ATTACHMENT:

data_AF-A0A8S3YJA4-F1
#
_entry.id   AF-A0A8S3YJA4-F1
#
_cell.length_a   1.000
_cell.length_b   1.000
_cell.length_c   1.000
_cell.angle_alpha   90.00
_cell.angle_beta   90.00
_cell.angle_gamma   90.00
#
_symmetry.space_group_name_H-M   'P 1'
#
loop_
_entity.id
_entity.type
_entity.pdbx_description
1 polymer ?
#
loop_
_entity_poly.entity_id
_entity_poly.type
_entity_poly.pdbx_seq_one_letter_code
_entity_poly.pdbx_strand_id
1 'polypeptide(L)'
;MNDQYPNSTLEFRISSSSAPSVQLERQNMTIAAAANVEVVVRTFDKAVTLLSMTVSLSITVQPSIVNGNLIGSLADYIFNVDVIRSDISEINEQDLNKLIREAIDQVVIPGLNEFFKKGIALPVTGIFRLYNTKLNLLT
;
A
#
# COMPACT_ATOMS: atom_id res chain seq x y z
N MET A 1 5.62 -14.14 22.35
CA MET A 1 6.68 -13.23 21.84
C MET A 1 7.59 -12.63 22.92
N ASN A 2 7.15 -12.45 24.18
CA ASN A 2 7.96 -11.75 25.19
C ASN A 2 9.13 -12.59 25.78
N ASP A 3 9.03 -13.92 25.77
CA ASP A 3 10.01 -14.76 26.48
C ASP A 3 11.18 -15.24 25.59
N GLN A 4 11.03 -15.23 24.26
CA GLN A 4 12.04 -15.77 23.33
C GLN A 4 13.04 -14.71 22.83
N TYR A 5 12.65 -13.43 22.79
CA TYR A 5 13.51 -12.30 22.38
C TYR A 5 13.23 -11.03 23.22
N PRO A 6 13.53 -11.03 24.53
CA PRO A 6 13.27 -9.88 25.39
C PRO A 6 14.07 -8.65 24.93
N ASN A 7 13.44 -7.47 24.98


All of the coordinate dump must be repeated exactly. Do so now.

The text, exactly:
data_AF-A0A8S3YJA4-F1
#
_entry.id   AF-A0A8S3YJA4-F1
#
_cell.length_a   1.000
_cell.length_b   1.000
_cell.length_c   1.000
_cell.angle_alpha   90.00
_cell.angle_beta   90.00
_cell.angle_gamma   90.00
#
_symmetry.space_group_name_H-M   'P 1'
#
loop_
_entity.id
_entity.type
_entity.pdbx_description
1 polymer ?
#
loop_
_entity_poly.entity_id
_entity_poly.type
_entity_poly.pdbx_seq_one_letter_code
_entity_poly.pdbx_strand_id
1 'polypeptide(L)'
;MNDQYPNSTLEFRISSSSAPSVQLERQNMTIAAAANVEVVVRTFDKAVTLLSMTVSLSITVQPSIVNGNLIGSLADYIFNVDVIRSDISEINEQDLNKLIREAIDQVVIPGLNEFFKKGIALPVTGIFRLYNTKLNLLT
;
A
#
# COMPACT_ATOMS: atom_id res chain seq x y z
N MET A 1 5.62 -14.14 22.35
CA MET A 1 6.68 -13.23 21.84
C MET A 1 7.59 -12.63 22.92
N ASN A 2 7.15 -12.45 24.18
CA ASN A 2 7.96 -11.75 25.19
C ASN A 2 9.13 -12.59 25.78
N ASP A 3 9.03 -13.92 25.77
CA ASP A 3 10.01 -14.76 26.48
C ASP A 3 11.18 -15.24 25.59
N GLN A 4 11.03 -15.23 24.26
CA GLN A 4 12.04 -15.77 23.33
C GLN A 4 13.04 -14.71 22.83
N TYR A 5 12.65 -13.43 22.79
CA TYR A 5 13.51 -12.30 22.38
C TYR A 5 13.23 -11.03 23.22
N PRO A 6 13.53 -11.03 24.53
CA PRO A 6 13.27 -9.88 25.39
C PRO A 6 14.07 -8.65 24.93
N ASN A 7 13.44 -7.47 24.98